An international team of scientists is hoping to finally be able to answer the question of how often mesothelioma patients with pleural effusion should have their indwelling pleural catheters drained.
Indwelling pleural catheters (IPCs) are a novel way to treat the bothersome mesothelioma symptoms caused by a buildup of excess fluid in the space around the lungs.
Pleural effusion, as the excess fluid is called, is a common side effect of pleural mesothelioma and several other types of cancer. The most common symptom of pleural effusion is dyspnea or shortness of breath, but it can also cause chest pain and fatigue.
Mesothelioma Patients and Pleural Effusion
Indwelling pleural catheters are not the only way to deal with pleural effusion in mesothelioma patients.
A procedure called pleurodesis involves the use of talc or a chemical irritant to to help close up the space where the fluid collects so that no new fluid can build up there. Pleurodesis is a serious procedure with its own set of risks and sometimes has to be repeated.
Another method for removing pleural effusion in mesothelioma patients is to draw it off with a needle. Although effective, this method also has to be repeated when the fluid builds up again, as it inevitably does.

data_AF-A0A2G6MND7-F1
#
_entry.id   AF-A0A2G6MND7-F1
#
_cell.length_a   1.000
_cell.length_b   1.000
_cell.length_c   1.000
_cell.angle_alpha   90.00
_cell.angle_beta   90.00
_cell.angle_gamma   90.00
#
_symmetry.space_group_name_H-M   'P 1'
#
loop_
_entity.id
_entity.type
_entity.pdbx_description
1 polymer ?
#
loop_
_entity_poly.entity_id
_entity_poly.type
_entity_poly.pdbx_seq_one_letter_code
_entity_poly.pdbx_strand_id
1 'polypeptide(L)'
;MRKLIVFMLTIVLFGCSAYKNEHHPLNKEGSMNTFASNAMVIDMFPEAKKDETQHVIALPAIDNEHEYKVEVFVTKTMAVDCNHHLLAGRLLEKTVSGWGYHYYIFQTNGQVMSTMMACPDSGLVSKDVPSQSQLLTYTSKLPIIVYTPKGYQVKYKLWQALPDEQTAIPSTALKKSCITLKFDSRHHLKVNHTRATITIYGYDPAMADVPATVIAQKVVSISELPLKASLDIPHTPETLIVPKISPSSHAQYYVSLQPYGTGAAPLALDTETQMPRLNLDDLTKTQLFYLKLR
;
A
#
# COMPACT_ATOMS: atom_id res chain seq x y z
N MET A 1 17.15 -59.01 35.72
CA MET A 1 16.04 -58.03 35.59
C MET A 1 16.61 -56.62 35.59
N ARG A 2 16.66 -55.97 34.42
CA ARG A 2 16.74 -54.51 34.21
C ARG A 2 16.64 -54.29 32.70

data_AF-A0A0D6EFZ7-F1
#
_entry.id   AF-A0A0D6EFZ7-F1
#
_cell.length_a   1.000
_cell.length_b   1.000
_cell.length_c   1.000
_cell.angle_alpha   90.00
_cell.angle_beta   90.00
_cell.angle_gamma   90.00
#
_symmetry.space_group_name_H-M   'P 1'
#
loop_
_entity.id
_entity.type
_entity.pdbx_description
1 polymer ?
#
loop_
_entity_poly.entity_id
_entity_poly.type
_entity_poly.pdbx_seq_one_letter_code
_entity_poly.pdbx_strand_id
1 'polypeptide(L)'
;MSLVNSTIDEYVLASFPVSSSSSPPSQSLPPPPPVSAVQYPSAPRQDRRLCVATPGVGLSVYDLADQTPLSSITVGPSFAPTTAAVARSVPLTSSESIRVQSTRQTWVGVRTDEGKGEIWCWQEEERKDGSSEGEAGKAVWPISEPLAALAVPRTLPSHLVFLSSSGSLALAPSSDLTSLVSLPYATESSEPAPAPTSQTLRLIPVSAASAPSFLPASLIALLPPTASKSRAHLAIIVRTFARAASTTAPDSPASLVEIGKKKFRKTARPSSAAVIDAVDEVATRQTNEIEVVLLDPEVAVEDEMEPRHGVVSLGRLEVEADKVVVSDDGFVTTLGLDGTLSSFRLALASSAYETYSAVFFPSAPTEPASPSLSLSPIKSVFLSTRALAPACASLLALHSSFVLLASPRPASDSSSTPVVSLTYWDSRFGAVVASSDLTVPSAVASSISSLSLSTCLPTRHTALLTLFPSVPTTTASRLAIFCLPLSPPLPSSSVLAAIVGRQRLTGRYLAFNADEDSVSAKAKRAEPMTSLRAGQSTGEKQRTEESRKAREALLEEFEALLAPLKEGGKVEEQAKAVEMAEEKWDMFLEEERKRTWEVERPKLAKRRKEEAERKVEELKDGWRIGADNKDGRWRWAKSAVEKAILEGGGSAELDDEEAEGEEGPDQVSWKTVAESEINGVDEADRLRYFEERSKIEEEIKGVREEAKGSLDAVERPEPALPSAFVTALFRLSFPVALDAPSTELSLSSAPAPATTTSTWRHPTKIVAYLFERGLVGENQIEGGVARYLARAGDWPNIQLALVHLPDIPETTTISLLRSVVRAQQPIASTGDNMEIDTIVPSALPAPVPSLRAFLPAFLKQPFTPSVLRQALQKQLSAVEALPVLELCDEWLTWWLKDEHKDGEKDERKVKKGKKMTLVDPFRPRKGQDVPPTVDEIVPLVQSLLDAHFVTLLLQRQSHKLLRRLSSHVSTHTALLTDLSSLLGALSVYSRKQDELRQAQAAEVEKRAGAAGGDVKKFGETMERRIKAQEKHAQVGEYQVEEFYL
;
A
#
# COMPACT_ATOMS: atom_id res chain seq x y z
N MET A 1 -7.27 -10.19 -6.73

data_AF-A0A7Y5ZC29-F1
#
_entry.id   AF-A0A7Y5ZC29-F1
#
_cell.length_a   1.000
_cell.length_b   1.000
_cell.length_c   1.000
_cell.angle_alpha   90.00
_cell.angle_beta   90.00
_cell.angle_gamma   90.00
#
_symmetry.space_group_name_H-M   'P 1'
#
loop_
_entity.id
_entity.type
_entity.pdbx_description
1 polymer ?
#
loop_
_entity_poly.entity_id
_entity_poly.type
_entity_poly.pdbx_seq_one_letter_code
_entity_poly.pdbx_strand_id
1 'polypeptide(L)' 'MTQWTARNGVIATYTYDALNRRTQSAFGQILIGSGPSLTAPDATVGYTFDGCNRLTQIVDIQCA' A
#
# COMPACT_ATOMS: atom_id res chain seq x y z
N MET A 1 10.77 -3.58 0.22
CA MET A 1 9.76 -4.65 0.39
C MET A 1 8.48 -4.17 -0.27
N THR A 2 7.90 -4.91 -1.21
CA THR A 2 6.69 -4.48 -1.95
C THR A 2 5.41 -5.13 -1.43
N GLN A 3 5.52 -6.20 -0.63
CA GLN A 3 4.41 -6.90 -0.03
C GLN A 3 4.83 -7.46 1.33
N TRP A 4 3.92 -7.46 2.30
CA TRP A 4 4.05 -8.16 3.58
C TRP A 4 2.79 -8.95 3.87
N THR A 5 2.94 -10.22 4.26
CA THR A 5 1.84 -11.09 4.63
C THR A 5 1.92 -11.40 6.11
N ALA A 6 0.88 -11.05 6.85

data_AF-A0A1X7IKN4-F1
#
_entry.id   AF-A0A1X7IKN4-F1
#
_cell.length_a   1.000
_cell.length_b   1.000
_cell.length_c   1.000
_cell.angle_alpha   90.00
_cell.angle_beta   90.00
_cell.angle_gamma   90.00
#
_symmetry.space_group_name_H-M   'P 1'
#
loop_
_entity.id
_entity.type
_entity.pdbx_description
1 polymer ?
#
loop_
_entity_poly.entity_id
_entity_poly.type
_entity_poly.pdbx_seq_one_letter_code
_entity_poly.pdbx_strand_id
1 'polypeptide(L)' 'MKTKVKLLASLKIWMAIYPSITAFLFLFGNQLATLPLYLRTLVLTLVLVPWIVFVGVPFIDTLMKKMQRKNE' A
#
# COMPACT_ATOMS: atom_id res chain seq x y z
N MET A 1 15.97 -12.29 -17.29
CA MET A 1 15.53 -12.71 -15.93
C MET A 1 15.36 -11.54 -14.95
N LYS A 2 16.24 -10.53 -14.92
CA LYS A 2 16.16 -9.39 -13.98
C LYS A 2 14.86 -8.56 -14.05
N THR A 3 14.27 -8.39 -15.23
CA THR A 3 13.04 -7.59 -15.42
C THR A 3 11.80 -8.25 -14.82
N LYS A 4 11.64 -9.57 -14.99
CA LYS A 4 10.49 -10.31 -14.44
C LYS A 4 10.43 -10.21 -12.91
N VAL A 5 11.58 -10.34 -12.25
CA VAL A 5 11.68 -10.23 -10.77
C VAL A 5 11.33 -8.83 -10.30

Because they stay in place, IPCs offer an easier and, some believe, safer way to regularly drain lung fluid, either in the clinic or by the patient at home.
IPC Drainage – How Much is Enough?
But mesothelioma experts remain divided over how often IPCs should be drained. Daily draining can be costly if done in the clinic and can increase the risk of certain complications. Instead, some experts advocate drainage only when the mesothelioma patient develops symptoms, which could be weekly or even monthly.
The Protocol of the Australasian Malignant Pleural Effusions-2 (AMPLE-2) trial aims to help determine the optimal IPC drainage schedule for maximum safety, efficiency, and symptom relief for people with mesothelioma and other cancers.
Patients with malignant pleural effusions will be randomized to have either daily or symptom-guided drainage regimens after IPC insertion.
“The primary outcome is the mean daily dyspnea score, measured by a 100 mm visual analogue scale (VAS) over the first 60 days,” explains lead investigator Dr. Maree Azzopardi of Sir Charles Gairdner Hospital in Perth.
The team also plans to measure the impact of IPC drainage schedule on physical activity levels, rate of spontaneous pleurodesis, hospital admission days, healthcare costs, complications, and quality of life.
The results will be published in peer-reviewed journals.
Azzopardi, M, et al, “Protocol of the AUstralasian Malignant Pleural Effusion-2 (AMPLE-2) trial: a multicentre randomized study of aggressive versus symptoms-guided drainage via indwelling pleural catheters.”, July 5, 2016, BMJ Open